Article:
1. Debt appeared to be downplayed. "Gearing ratio" is a technical term which casual readers will miss. It is calculated by dividing Total Debt by Total Equity. Total Debt is how much the company has borrowed. Total Equity is how much capital and retained earning over the years. When retained earnings is high, it shows that the company has been successful in accumulating wealth. If the company always pays out 100% of earnings as dividends, then $0 goes into Equity. Imagine you have $10,000 in your savings and I lend you $60,000 as unsecured lending (not backed by anything like your branded handbag or gold ring), your gearing ratio is 6 times, and I run a very high risk of not getting my money back because you only have $10,000. 

Interest coverage ratio shows the ability of the company to pay interest expenses with earnings - the higher the better - they were in a better position in 2016 because earnings were higher. Imagine you have a fixed interest expense, and your salary is decreased 20% YoY, then you will find it harder to repay. Usually you need to pay the interest to keep the loan active so that your bank will not force you to sell your assets to raise money.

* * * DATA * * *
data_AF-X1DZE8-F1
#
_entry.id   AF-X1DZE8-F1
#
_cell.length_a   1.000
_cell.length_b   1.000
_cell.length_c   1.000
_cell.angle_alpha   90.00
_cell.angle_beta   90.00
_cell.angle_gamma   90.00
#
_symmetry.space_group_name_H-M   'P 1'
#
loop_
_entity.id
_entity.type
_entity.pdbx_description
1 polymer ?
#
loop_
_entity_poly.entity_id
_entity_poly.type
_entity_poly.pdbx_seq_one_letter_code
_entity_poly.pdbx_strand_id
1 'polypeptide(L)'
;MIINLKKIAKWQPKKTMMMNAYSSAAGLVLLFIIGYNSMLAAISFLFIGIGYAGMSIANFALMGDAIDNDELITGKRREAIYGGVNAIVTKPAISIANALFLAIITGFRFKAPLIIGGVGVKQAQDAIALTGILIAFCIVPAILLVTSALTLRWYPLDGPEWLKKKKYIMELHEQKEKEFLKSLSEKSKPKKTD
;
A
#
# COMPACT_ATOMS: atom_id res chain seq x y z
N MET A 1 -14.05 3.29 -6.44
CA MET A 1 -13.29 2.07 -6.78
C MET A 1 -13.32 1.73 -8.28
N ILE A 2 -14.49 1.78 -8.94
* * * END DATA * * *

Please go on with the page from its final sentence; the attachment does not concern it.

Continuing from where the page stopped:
9M2017 Page 20 of 22 Gearing and Interest Cover
However, this will probably not concern you if you are a shareholder of Starhub because Starhub's gearing ratio is much higher at 6 times. Just for comparison, I had calculated Singtel's gearing ratio too. Just as an illustration, REITs have a gearing ratio of around 30% to max 45%, so you read it in REITs presentation slides as 0.3x or 0.45x.
Accurate as at date of data extraction on 8/11/17
2. There is also a CAPEX item - spectrum rights - that will likely be recorded in Q4 and beyond. The report did not mention how they will fund the purchase, be it cash or loan. When reconciled with the cash flow statement, nothing has been paid yet. 

9M2017 Page 19 of 22 - CAPEX and Commitments
9M2017 Page 3 of 22 Cash Flow Statement - spectrum rights not paid yet
Taking its debt and committed CAPEX into consideration, I am sitting out and will probably review again when the price hits $1.39.

Monday, October 30, 2017